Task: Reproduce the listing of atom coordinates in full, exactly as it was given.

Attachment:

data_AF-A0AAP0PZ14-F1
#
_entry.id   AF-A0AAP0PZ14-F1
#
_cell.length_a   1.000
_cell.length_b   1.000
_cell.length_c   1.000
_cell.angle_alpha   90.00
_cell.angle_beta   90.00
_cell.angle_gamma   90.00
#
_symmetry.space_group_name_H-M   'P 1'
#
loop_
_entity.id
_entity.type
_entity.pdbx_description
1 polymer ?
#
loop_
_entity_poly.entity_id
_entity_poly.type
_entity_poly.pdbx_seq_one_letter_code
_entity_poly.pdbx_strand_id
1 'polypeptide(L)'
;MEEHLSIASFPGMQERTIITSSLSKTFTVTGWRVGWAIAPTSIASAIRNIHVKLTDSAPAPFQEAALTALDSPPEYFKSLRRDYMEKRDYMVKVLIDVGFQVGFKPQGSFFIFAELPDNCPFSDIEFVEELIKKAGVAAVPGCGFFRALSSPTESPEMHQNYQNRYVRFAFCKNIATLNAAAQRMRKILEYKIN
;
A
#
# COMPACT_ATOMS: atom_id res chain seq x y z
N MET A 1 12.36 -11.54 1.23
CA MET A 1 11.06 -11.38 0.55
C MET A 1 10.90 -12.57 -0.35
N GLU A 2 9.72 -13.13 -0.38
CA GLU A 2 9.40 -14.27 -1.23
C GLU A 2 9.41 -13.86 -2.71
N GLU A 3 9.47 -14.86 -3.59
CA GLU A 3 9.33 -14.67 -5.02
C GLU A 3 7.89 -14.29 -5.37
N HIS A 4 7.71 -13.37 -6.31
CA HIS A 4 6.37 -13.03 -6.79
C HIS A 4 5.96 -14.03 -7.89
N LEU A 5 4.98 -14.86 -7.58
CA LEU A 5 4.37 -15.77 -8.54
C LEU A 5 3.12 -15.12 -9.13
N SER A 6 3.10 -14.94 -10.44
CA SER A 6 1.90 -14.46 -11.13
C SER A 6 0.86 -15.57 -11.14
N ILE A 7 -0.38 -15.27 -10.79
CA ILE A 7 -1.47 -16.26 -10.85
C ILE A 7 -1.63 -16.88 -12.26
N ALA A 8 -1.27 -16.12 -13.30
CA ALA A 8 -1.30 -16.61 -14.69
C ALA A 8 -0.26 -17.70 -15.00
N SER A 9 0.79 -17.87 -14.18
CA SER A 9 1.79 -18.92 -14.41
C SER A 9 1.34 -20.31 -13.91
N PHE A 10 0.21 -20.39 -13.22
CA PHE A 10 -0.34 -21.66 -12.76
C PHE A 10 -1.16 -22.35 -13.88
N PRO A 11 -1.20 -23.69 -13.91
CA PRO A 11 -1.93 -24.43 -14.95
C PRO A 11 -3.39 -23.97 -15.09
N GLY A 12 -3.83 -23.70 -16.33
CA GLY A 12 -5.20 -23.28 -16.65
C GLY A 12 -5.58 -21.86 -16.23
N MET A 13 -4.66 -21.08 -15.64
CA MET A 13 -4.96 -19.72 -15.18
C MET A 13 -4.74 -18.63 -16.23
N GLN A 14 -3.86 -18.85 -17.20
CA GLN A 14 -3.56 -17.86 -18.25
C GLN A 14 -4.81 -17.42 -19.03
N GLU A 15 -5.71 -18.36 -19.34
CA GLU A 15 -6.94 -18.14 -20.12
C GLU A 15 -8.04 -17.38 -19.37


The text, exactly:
data_AF-A0AAP0PZ14-F1
#
_entry.id   AF-A0AAP0PZ14-F1
#
_cell.length_a   1.000
_cell.length_b   1.000
_cell.length_c   1.000
_cell.angle_alpha   90.00
_cell.angle_beta   90.00
_cell.angle_gamma   90.00
#
_symmetry.space_group_name_H-M   'P 1'
#
loop_
_entity.id
_entity.type
_entity.pdbx_description
1 polymer ?
#
loop_
_entity_poly.entity_id
_entity_poly.type
_entity_poly.pdbx_seq_one_letter_code
_entity_poly.pdbx_strand_id
1 'polypeptide(L)'
;MEEHLSIASFPGMQERTIITSSLSKTFTVTGWRVGWAIAPTSIASAIRNIHVKLTDSAPAPFQEAALTALDSPPEYFKSLRRDYMEKRDYMVKVLIDVGFQVGFKPQGSFFIFAELPDNCPFSDIEFVEELIKKAGVAAVPGCGFFRALSSPTESPEMHQNYQNRYVRFAFCKNIATLNAAAQRMRKILEYKIN
;
A
#
# COMPACT_ATOMS: atom_id res chain seq x y z
N MET A 1 12.36 -11.54 1.23
CA MET A 1 11.06 -11.38 0.55
C MET A 1 10.90 -12.57 -0.35
N GLU A 2 9.72 -13.13 -0.38
CA GLU A 2 9.40 -14.27 -1.23
C GLU A 2 9.41 -13.86 -2.71
N GLU A 3 9.47 -14.86 -3.59
CA GLU A 3 9.33 -14.67 -5.02
C GLU A 3 7.89 -14.29 -5.37
N HIS A 4 7.71 -13.37 -6.31
CA HIS A 4 6.37 -13.03 -6.79
C HIS A 4 5.96 -14.03 -7.89
N LEU A 5 4.98 -14.86 -7.58
CA LEU A 5 4.37 -15.77 -8.54
C LEU A 5 3.12 -15.12 -9.13
N SER A 6 3.10 -14.94 -10.44
CA SER A 6 1.90 -14.46 -11.13
C SER A 6 0.86 -15.57 -11.14
N ILE A 7 -0.38 -15.27 -10.79
CA ILE A 7 -1.47 -16.26 -10.85
C ILE A 7 -1.63 -16.88 -12.26
N ALA A 8 -1.27 -16.12 -13.30
CA ALA A 8 -1.30 -16.61 -14.69
C ALA A 8 -0.26 -17.70 -15.00
N SER A 9 0.79 -17.87 -14.18
CA SER A 9 1.79 -18.92 -14.41
C SER A 9 1.34 -20.31 -13.91
N PHE A 10 0.21 -20.39 -13.22
CA PHE A 10 -0.34 -21.66 -12.76
C PHE A 10 -1.16 -22.35 -13.88
N PRO A 11 -1.20 -23.69 -13.91
CA PRO A 11 -1.93 -24.43 -14.95
C PRO A 11 -3.39 -23.97 -15.09
N GLY A 12 -3.83 -23.70 -16.33
CA GLY A 12 -5.20 -23.28 -16.65
C GLY A 12 -5.58 -21.86 -16.23
N MET A 13 -4.66 -21.08 -15.64
CA MET A 13 -4.96 -19.72 -15.18
C MET A 13 -4.74 -18.63 -16.23
N GLN A 14 -3.86 -18.85 -17.20
CA GLN A 14 -3.56 -17.86 -18.25
C GLN A 14 -4.81 -17.42 -19.03
N GLU A 15 -5.71 -18.36 -19.34
CA GLU A 15 -6.94 -18.14 -20.12
C GLU A 15 -8.04 -17.38 -19.37